On board Europe's most outlandish train, the Saturday lunchtime departure from Berlin to Siberia, we stick out like sore thumbs. Our fellow passengers are mainly Russians heading back to their homes on the other side of the Urals. This is a journey that maps its extent in days, not hours. Add to the multitude of Russians a few families from Kazakhstan, a couple returning to the Crimea and a businessman or two bound for Belarus, and there you have the complex social world of the D-1249. Our train consists entirely of sleeping cars. Everyone has their place, and the stern eyes of the provodnitsi (the Russian carriage attendants) are quick to spot anyone who ventures where they shouldn't. They guard the boundaries of decorum on this exotic exclave as it travels for over 5000 km across eastern Europe and on into Asia.
Exclaves of another kind feature in our third issue of hidden europe, for we check out some of Europe's most tangled territories: places like Campione d'Italia and Büsingen, exclaves of foreign lands that find themselves surrounded entirely by Switzerland. We visit a small town that defies the logic of cartographers as it blends Dutch and Belgian territory, and explore an island, a place where kings once met, that hedges its bets and is sometimes French and sometimes Spanish.
As always, people lie at the heart of hidden europe, and we never miss a chance to try and understand a little more of Europe's cultural minorities. So in this issue we look at Estonian speaking villages in Georgia and try to unravel the tale of the Aromanian Vlachs who live in Greece's Píndhos mountains. And we look at the plight of Europe's most consistently marginalised minority, the Roma people.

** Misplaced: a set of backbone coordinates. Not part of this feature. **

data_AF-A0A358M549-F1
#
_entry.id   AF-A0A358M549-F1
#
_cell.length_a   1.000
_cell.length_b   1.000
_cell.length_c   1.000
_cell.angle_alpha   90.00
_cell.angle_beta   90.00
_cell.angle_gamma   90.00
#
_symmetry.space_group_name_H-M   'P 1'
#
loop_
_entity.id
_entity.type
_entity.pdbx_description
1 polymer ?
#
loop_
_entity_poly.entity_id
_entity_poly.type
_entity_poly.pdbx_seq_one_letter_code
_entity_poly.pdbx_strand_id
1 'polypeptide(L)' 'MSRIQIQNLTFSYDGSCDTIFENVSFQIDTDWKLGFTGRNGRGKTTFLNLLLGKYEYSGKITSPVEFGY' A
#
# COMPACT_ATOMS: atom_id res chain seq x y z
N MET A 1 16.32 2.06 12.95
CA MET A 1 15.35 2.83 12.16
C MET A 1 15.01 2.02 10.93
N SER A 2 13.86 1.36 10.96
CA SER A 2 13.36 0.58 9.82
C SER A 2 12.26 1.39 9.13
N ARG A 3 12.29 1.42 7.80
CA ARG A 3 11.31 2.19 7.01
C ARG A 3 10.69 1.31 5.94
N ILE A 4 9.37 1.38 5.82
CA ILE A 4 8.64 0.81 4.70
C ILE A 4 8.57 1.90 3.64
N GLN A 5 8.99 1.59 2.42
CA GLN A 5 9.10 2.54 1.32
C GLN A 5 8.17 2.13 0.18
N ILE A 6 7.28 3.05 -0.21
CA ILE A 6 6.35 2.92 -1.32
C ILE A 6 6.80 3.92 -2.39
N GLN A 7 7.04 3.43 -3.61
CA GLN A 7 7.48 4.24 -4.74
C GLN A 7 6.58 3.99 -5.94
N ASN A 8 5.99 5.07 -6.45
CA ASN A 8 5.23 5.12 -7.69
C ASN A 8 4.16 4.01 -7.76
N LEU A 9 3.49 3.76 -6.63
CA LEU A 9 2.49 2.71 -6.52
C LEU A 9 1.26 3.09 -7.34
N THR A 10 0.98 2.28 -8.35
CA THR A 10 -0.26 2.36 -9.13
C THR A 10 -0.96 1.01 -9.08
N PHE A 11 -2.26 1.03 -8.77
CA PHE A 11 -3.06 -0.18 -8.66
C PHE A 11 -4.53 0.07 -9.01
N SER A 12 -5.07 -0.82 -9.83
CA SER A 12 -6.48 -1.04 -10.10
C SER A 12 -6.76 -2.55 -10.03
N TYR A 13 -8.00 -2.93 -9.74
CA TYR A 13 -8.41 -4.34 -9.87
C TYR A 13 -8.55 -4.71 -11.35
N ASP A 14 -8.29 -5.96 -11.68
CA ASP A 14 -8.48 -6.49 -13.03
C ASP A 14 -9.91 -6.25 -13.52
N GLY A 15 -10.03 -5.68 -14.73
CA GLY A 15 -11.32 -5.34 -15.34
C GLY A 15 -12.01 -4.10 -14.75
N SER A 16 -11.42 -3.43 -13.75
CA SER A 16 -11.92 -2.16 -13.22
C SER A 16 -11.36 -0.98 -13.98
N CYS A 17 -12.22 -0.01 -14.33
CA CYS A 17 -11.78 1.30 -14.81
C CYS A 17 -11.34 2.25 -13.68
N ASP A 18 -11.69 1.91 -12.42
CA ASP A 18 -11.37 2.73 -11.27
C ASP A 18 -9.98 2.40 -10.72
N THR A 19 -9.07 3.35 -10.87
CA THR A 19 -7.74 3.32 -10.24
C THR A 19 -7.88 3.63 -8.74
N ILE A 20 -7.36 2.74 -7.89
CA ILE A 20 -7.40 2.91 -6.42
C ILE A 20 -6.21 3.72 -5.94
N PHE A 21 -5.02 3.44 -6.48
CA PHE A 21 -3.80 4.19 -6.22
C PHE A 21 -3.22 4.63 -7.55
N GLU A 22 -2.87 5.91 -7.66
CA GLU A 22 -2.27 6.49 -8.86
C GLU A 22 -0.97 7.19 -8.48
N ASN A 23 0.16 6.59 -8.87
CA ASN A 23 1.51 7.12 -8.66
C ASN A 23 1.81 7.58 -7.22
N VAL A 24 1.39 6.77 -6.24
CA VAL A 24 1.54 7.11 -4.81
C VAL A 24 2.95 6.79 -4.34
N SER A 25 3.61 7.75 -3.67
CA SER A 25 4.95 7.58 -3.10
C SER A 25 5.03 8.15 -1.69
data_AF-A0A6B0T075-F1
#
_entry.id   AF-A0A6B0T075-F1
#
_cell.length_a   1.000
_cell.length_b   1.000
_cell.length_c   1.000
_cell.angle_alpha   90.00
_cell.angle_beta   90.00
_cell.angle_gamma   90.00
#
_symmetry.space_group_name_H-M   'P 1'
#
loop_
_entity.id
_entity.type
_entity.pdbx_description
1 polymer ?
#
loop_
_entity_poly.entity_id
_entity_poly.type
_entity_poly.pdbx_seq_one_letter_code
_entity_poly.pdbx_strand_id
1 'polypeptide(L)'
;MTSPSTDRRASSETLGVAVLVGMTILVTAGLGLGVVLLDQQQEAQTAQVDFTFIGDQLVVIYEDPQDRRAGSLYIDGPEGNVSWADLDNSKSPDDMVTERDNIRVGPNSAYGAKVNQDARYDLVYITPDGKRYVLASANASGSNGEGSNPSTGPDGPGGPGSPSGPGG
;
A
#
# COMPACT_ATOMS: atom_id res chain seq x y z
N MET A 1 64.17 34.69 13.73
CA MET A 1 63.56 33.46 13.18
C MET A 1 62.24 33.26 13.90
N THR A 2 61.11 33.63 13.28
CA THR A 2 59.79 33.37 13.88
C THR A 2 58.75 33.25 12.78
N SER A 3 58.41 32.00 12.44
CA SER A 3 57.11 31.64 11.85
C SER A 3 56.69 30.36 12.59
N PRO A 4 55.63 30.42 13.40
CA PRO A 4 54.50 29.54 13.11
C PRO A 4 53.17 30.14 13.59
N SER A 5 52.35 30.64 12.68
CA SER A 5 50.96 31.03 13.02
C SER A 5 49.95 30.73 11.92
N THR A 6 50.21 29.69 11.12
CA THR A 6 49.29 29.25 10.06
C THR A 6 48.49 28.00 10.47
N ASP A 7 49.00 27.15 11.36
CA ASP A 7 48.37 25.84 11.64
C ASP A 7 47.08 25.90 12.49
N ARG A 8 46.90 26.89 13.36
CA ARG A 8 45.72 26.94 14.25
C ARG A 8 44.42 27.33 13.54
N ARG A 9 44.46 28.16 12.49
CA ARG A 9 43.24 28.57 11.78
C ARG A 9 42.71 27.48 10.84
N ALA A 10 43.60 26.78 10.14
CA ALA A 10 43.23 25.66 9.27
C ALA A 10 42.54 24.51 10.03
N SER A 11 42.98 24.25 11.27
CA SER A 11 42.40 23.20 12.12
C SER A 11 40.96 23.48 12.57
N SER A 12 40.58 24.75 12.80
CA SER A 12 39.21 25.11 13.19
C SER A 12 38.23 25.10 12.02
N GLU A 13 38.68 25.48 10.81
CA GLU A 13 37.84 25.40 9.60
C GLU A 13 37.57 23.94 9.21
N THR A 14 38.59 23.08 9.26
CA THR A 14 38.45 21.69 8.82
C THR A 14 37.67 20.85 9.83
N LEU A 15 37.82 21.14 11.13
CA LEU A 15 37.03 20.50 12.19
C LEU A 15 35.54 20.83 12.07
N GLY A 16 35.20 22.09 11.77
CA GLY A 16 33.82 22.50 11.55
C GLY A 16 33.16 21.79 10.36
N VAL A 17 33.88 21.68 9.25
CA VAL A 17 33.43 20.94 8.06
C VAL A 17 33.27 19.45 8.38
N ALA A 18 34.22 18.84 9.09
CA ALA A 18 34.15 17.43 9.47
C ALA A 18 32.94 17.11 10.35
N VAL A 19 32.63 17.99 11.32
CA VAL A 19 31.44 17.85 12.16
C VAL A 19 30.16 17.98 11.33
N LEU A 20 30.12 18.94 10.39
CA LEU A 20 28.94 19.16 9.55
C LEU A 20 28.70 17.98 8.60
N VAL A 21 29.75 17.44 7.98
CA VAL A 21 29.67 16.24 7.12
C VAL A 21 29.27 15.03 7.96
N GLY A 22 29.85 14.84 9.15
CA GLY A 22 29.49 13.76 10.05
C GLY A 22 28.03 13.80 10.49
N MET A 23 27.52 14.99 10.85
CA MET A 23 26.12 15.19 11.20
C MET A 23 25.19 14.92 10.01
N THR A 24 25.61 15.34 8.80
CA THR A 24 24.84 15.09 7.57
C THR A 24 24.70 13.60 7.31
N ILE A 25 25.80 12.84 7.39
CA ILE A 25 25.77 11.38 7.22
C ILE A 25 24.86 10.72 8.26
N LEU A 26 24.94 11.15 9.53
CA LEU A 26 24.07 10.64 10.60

Of course, we visit some of Europe's more popular tourist destinations too: Paris, Kraków and Andalucía. Elsewhere in this issue, we report from an Arctic island in the Barents Sea, check out Georgian cuisine and include an upbeat report from the Latvian port city of Ventspils. For this latter piece, we welcome Amanda Kendle as guest contributor.
Back on the train to Siberia, our fellow passengers have contrived to pack away great piles of luggage into every available space in the tiny sleeping compartments, where triple tier berths define the delicate borders of social space that will prevail for the next few days. It is a space where a little drop of vodka might go a long way.
Nicky SC Gardner & Susanne Kries
on board the Berlin to Novosibirsk train (D-1249)
11 June 2005